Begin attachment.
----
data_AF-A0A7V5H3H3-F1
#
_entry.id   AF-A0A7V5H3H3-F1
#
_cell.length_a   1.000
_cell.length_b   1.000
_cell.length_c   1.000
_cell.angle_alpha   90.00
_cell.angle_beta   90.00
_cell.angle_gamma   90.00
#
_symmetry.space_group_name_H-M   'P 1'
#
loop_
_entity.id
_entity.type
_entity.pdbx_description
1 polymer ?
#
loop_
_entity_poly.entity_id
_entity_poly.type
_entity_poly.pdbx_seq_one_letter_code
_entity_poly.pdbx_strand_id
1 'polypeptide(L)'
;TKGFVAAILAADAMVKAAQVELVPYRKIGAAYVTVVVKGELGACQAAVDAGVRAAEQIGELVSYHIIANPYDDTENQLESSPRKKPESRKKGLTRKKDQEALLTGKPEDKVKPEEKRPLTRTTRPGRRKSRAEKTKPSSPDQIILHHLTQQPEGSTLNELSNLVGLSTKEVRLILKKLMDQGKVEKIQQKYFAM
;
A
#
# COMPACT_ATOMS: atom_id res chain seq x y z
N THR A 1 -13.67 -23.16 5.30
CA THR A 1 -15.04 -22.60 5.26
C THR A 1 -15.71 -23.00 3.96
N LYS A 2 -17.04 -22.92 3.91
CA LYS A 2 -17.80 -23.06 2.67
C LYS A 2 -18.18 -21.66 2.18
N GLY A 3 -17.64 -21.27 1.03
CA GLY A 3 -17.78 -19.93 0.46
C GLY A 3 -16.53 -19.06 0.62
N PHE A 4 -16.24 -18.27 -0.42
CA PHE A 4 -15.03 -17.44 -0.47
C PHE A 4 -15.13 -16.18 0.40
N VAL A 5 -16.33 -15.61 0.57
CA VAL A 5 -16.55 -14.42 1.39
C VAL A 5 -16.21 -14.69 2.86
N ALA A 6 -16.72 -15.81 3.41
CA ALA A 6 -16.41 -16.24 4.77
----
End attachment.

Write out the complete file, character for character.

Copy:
data_AF-A0A7V5H3H3-F1
#
_entry.id   AF-A0A7V5H3H3-F1
#
_cell.length_a   1.000
_cell.length_b   1.000
_cell.length_c   1.000
_cell.angle_alpha   90.00
_cell.angle_beta   90.00
_cell.angle_gamma   90.00
#
_symmetry.space_group_name_H-M   'P 1'
#
loop_
_entity.id
_entity.type
_entity.pdbx_description
1 polymer ?
#
loop_
_entity_poly.entity_id
_entity_poly.type
_entity_poly.pdbx_seq_one_letter_code
_entity_poly.pdbx_strand_id
1 'polypeptide(L)'
;TKGFVAAILAADAMVKAAQVELVPYRKIGAAYVTVVVKGELGACQAAVDAGVRAAEQIGELVSYHIIANPYDDTENQLESSPRKKPESRKKGLTRKKDQEALLTGKPEDKVKPEEKRPLTRTTRPGRRKSRAEKTKPSSPDQIILHHLTQQPEGSTLNELSNLVGLSTKEVRLILKKLMDQGKVEKIQQKYFAM
;
A
#
# COMPACT_ATOMS: atom_id res chain seq x y z
N THR A 1 -13.67 -23.16 5.30
CA THR A 1 -15.04 -22.60 5.26
C THR A 1 -15.71 -23.00 3.96
N LYS A 2 -17.04 -22.92 3.91
CA LYS A 2 -17.80 -23.06 2.67
C LYS A 2 -18.18 -21.66 2.18
N GLY A 3 -17.64 -21.27 1.03
CA GLY A 3 -17.78 -19.93 0.46
C GLY A 3 -16.53 -19.06 0.62
N PHE A 4 -16.24 -18.27 -0.42
CA PHE A 4 -15.03 -17.44 -0.47
C PHE A 4 -15.13 -16.18 0.40
N VAL A 5 -16.33 -15.61 0.57
CA VAL A 5 -16.55 -14.42 1.39
C VAL A 5 -16.21 -14.69 2.86
N ALA A 6 -16.72 -15.81 3.41
CA ALA A 6 -16.41 -16.24 4.77